To better interpret the findings of international comparisons of infant and NMR in the fact of regional variations in reporting live births <22 weeks’ gestation or <500 g birth weight across countries, the OECD Stat presents both criteria, that is, ‘no minimum threshold of gestation period or birth weight’ and ‘minimum threshold of 22 weeks or (500 g birth weight)’.23 The findings of this study also reveal large variation in percentage of reporting live births <500 g across cities/counties in Taiwan. We thus recommend presenting the infant and NMR using both criteria and let the readers have more information in interpretation of the findings of the comparisons.

Several limitations should be noted while interpreting the findings of this study. First, this is an ecological study, we did not take into account the associated factors affecting the city/county NMR. Second, the information on birth hospital that delivered the periviable babies was not available. We thus could not determine how many births <500 g registered as live born in counties were actually delivered in level 3 medical centres in the cities. We also could not detect if the behaviour of registration of live born for births <500 g in some cities/counties was concentrated in particular hospitals. Third, this is not a survey study, we could not understand the real reasons in some healthcare providers having higher percentage of registration of live born for births <500 g. Fourth, the regional variation in registration of live born would be influenced by the regional variation in determination of stillbirth. However, the information on the stillbirth on parents at earlier gestations or whether the stillbirth was due to termination of pregnancy in each city/county was not available in Birth Report System open government data.

Conclusions

Despite the aforementioned limitations, this ecological study illustrates the huge regional variation in the registration of live born for births with uncertain viability, which would affect the comparability of NMR. We recommend presenting city/county NMR using both criteria (with or without minimum threshold of gestation period or birth weight) for better interpretation of the findings of comparisons of city/county NMR. Further studies are needed to identify hospitals having higher or lower percentage of registration of live born and to understand the reasons behind. The information is relevant to improve the consensus on guidelines for these periviable births.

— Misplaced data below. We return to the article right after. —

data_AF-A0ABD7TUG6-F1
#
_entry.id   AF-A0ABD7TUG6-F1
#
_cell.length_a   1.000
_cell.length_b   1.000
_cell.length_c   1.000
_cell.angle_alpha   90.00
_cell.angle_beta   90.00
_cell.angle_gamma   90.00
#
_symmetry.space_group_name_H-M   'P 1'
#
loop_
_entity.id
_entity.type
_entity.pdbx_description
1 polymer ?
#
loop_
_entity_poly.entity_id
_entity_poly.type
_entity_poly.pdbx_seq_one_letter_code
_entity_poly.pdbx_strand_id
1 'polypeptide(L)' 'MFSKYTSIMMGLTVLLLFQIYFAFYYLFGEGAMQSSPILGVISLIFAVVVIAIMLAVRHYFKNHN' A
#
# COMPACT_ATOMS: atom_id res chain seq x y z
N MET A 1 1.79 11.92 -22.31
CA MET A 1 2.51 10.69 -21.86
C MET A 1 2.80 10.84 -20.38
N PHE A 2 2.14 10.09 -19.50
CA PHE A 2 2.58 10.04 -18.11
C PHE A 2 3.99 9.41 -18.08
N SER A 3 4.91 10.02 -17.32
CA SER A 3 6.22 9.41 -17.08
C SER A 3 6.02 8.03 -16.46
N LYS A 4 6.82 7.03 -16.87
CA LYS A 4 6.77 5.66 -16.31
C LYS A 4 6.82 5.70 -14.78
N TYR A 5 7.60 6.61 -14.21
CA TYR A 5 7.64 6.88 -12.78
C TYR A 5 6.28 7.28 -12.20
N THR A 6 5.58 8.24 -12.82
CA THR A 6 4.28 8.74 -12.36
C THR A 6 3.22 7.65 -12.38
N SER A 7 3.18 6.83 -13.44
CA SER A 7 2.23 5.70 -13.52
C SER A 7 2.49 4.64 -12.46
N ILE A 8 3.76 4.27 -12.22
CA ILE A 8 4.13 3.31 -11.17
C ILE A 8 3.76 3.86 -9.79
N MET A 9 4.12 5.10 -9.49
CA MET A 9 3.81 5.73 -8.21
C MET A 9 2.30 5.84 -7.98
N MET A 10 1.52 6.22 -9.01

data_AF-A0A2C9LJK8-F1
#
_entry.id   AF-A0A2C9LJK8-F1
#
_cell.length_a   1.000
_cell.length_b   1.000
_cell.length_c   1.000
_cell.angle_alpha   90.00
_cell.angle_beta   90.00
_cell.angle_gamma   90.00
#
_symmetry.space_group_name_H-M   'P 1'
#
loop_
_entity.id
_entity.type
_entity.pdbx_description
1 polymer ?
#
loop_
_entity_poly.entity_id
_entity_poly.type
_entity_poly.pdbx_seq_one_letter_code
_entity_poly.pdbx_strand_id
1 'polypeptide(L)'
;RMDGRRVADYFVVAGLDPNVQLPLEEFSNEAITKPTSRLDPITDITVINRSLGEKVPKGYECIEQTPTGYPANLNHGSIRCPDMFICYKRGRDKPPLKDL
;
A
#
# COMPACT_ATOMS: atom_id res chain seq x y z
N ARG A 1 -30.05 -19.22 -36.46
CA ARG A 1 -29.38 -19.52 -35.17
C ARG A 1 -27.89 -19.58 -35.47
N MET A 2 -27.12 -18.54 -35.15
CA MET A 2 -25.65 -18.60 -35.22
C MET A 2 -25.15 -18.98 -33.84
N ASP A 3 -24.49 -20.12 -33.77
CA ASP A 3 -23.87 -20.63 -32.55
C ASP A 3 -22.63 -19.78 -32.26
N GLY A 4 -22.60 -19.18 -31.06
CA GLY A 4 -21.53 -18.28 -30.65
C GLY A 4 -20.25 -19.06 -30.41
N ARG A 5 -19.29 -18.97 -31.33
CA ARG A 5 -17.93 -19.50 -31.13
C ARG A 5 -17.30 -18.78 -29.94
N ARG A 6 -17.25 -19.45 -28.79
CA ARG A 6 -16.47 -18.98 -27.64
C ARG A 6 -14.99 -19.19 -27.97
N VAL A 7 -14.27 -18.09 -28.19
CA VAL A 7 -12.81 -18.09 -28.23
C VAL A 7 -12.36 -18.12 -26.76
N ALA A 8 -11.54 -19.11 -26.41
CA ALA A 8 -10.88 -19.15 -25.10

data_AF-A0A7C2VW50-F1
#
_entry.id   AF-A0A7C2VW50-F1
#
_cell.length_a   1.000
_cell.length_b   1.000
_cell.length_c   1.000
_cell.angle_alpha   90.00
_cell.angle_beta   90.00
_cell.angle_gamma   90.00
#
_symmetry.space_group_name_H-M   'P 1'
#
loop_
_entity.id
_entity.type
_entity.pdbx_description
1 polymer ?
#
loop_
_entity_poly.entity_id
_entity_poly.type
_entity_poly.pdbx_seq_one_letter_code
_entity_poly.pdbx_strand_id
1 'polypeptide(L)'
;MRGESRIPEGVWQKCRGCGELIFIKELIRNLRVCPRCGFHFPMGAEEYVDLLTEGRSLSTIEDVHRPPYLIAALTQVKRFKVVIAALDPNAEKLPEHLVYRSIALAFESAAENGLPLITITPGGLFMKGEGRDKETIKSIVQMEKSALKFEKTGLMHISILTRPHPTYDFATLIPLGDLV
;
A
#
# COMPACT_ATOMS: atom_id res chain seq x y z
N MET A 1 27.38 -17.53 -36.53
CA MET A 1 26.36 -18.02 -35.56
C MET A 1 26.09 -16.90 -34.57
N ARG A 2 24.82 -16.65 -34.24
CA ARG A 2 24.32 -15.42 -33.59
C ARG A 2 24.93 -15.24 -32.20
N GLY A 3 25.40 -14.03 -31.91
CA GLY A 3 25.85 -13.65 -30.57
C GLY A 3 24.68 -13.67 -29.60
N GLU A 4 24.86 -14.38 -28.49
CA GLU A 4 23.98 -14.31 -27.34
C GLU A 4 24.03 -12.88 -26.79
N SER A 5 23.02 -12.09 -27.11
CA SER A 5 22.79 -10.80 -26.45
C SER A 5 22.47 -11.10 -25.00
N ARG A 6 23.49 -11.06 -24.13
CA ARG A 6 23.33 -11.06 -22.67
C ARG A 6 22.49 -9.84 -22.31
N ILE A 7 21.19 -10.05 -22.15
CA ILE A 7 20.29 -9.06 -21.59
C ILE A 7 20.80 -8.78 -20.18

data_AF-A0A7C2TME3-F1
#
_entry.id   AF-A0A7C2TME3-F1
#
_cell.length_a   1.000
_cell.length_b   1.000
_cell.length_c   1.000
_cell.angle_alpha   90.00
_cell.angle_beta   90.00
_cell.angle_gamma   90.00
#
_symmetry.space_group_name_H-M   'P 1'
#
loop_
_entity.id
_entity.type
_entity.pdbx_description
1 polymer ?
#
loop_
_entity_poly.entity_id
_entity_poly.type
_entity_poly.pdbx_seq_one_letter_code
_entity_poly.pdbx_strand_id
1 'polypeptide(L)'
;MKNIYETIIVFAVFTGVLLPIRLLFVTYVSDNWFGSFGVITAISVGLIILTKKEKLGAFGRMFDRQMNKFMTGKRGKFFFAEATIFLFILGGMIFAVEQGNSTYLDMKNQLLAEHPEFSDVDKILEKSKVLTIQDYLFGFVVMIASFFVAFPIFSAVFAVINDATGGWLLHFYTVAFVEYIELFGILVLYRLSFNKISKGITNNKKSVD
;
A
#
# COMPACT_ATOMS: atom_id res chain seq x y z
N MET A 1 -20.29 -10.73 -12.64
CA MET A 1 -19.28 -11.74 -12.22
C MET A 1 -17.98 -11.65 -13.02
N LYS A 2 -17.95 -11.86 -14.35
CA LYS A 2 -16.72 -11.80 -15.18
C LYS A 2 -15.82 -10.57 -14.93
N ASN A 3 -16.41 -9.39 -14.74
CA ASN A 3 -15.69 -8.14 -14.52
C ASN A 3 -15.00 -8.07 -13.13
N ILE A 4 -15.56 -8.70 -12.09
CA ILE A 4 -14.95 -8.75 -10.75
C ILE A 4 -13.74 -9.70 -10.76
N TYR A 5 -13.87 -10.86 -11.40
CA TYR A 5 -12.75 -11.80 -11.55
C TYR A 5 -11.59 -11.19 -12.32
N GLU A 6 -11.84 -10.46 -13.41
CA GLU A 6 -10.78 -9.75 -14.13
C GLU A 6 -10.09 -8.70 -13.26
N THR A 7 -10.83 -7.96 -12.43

What is known about the subject?

  • Studies have shown regional variations in registration of live born for periviable babies and impacts on regional infant or neonatal mortality rates (NMR).

  • However, little is known on this comparability problem in Asian countries.

What this study adds?

  • Huge variations exist in registration of live born for births <500 g between cities/counties in Taiwan.

  • Variation in registration practices impacts greatly on the ranking of regional NMR in Taiwan.

  • It is recommended to present city/county NMR using both criteria for better interpretation of the findings of comparisons of city/county NMR.

Acknowledgments

The authors thank Ms Pai-Huan Lin for the data analysis.

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Footnotes

  • Contributors LYW and THL conceived the study, guided the analyses and wrote the article draft. YSC and FWL collected and analysed the data. YCL, YJL and CHL critically revised the draft. LYW and THL were the guarantors of the study.

  • Funding This study was funded by the Ministry of Health and Welfare (M07K1003).

  • Competing interests None declared.

  • Patient consent for publication Not required.

  • Provenance and peer review Not commissioned; externally peer reviewed.

  • Data availability statement Data are available in a public, open access repository.